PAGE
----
And then they gradually disappeared, as silently as they had come, into the dusk that had fallen upon us. This had been a very special experience and one never to be forgotten.
Another day in Africa!
Camping in an exclusive campsite in one of Africa’s last true wilderness areas was an unparalleled privilege
We had set off from Sandton in Gauteng two days earlier with our travel companions, Rob and Di, in our trusty Land Cruisers which have, over the years, been kitted out specifically for such journeys, making us fully self-sufficient for a week or more at a time including carrying all the water and food necessary as well as a bush shower and loo.
We had arrived at Mana Pools that morning, having made our booking a year in advance. Visiting Mana Pools had been on our bucket list for a long time and, for many, it is indeed a lifetime experience. One of my main missions was to find the Red-Throated Twinspot, a 20-year-long dream of mine as an avid birder.
We wanted to visit and understand not only the Mana Pools environment, but also the best route options and accommodation along the way, including a few nights spent on a houseboat on Lake Kariba.
The concept of camping in an exclusive and remote campsite in one of Africa’s last true wilderness areas was an unparalleled privilege. At our first camp, the intention was to relax without any game-driving. We had discovered that the game was attracted to the nearby spring, which delivers water all year round.
The elephant herds visited us daily at roughly the same time – a photographer’s dream. We also had lions roaring within metres of our camp on the first night, not to mention hyena giggling away a bit further off in the African night. A large herd of buffalo quietly appeared at the spring on our second morning, as well as the ever-graceful impala.
Birdlife in the area is unsurpassed and birders can look forward to adding a few ‘lifers’ to their lists.
After three nights in this paradise, it was time to strike camp and head 40km north to the banks of the mighty Zambezi. This section of Mana Pools is truly magnificent, with wildlife grazing along the riverbank and spread throughout the surrounding pristine bush. Again, these camps are exclusive with minimal facilities – just the way we true explorers prefer it. A guided walk is also highly recommended. Our guide, Tendai, was extremely knowledgeable.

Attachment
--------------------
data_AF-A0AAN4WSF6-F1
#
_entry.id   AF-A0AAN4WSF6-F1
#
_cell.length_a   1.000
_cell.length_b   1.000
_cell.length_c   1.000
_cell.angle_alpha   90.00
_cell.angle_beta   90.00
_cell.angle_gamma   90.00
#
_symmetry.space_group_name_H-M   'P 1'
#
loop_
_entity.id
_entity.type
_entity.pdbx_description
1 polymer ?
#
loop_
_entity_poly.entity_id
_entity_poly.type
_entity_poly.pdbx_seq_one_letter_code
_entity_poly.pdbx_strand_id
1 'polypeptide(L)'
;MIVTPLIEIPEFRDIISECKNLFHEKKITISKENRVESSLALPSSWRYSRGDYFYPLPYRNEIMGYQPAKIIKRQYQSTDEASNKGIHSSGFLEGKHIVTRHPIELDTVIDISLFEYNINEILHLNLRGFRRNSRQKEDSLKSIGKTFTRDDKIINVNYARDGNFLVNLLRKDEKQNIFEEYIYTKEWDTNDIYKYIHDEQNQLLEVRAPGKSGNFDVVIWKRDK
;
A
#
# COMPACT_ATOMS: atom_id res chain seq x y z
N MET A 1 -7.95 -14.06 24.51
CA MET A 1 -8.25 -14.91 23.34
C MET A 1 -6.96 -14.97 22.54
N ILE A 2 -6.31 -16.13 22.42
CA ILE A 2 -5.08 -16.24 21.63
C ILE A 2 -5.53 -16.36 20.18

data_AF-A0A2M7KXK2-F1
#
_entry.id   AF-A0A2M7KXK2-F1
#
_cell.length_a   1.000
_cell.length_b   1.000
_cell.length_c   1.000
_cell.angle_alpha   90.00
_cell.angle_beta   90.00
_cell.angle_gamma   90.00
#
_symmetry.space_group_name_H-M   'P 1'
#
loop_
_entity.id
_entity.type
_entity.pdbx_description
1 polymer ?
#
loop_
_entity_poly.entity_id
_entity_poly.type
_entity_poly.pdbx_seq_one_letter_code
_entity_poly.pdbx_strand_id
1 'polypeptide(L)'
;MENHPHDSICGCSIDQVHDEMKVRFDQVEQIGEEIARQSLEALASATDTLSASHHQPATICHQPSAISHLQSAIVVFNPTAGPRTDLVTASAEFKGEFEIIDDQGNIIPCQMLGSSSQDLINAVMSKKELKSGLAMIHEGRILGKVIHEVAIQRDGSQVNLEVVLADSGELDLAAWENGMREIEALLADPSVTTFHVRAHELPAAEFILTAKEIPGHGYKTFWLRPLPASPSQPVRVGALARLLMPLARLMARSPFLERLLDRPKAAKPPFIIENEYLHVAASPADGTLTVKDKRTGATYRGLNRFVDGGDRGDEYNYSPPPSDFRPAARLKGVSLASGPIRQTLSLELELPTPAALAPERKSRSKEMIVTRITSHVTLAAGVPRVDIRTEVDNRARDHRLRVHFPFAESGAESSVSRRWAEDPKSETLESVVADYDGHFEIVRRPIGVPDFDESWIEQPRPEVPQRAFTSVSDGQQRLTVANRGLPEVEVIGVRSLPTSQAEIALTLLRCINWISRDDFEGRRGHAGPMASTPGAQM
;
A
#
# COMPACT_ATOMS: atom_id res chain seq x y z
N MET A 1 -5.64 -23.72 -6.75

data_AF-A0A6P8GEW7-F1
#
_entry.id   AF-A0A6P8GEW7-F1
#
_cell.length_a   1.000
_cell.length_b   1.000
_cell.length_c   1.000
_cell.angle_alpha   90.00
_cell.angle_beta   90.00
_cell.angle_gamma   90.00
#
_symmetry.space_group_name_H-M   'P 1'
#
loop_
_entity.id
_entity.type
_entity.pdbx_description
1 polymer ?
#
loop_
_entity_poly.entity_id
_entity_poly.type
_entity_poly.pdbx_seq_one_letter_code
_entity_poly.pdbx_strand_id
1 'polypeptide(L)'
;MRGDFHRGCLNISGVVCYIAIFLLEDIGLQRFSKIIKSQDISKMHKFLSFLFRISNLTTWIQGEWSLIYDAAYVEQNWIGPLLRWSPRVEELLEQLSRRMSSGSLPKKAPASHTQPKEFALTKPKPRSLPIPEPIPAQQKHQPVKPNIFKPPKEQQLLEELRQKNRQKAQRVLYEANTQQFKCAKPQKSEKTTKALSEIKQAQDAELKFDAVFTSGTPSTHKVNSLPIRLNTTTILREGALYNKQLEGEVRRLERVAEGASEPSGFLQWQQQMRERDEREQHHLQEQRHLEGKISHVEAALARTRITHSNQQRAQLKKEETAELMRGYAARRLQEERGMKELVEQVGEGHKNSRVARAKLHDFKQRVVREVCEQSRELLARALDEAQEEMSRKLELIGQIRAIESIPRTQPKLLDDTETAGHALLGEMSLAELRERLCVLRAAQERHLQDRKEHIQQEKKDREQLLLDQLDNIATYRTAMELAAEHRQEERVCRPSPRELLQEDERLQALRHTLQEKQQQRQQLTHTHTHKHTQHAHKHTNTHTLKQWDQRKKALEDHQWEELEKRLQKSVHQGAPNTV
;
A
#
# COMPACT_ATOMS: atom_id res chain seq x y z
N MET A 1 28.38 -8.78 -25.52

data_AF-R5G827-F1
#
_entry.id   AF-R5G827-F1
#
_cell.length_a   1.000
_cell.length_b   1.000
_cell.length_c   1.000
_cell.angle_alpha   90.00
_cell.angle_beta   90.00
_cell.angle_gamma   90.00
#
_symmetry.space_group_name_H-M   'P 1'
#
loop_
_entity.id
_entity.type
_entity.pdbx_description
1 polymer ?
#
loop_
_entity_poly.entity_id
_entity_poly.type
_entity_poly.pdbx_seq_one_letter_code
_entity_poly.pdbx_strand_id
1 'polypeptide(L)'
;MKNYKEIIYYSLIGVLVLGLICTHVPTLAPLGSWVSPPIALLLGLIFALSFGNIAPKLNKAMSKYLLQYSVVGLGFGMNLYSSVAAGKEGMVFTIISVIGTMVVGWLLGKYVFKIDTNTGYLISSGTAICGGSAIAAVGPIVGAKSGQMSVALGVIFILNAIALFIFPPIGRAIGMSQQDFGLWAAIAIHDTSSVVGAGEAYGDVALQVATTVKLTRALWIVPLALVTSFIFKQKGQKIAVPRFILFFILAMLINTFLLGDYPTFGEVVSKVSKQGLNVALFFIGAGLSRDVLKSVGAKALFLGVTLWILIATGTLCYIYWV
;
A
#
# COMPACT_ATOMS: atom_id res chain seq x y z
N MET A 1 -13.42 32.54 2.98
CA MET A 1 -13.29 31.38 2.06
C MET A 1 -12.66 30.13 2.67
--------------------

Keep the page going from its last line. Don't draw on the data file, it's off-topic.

These camps have no facilities – just the way we true explorers prefer it
… Just one thing: my little Red-Throated Twinspot eluded me, not to mention the famous elephant named Boswell, who stands on his hindlegs, lifting his five-ton body to get to the sweetest leaves of the massive Winterthorn trees! I will be back!
For those on a tight schedule, fly-in options to the luxury lodges in the area are available. There is also a large campsite with a number of ablution blocks for those with youngsters, or who prefer a hot shower.
HOW DO I GET THERE?
2BWild Safaris will work closely with you to plan your personalised itinerary, providing you with routing and undertaking all your reservations.
Options are fly-in or self-drive in your own vehicle, or a fully equipped 4×4 vehicle can be hired for you.
BEST TIME OF YEAR
Dry season – June to October
You will need to be completely self-sufficient, as there are no shops or petrol stations in the reserve. 2BWild provides a comprehensive Trail List with everything you will need, depending on where you choose to stay and the time of year.
We will book your flights, accommodation and arrange transfers as well as any activities you may be interested partaking in, eg canoeing.
ZAMBEZI CANOE TRIP
For the fitter travellers, a canoe trip down the Zambezi is highly recommended.
For something completely different after your wild safari, relax on a houseboat for a few days on Lake Kariba, taking a tender-boat along the shore in search of wildlife, casting a line for a Bream for dinner, or simply just relaxing and being pampered.
2BWild Safaris will arrange your transfers and a boat to suit.
Qambani’s generous proportions provide six bedroom villas, living spaces, two pools and lush tropical garden, a promise of complete relaxation and indulgence. A fusion of ancient Swahili crafts – perfected in the palaces of the sultans along the East African shores – and modern coastal design, it gives shady sanctuary, while turning the inside out, so every space takes great gulps of the sea and the balmy tropical air.
A full fly-in package from Johannesburg, South Africa will include a direct return flight to Zanzibar and all transfers – to be published here shortly.
The single greatest luxury in Qambani is undoubtedly the vast amount of personal space and how well it works. At the heart of Qambbani a ring of expanaive communal areas: generous, beautifully equipped and made for dream holidays. A huge living room extends along the garden’s ocean edge opening onto sun-drenched terraces. To one side stands a big, breezy, timber dining room and to the back, the kitchen and entertainment room. The adjacent gym and hammam (steam room) open onto a tropical courtyard.
Guests from the US and Europe fly-in to Dar es Salam then take an air transfer to Zanzibar.
It is certainly difficult to say what the best thing about Qambani may be … : the splendid pools for endless afternoons in the water, the exotic gardens with palms and sunbirds – planted by one of East Africa’s best gardeners – or the Indian Oceans’ craggy coral edge with sea views splashed all the way along the front.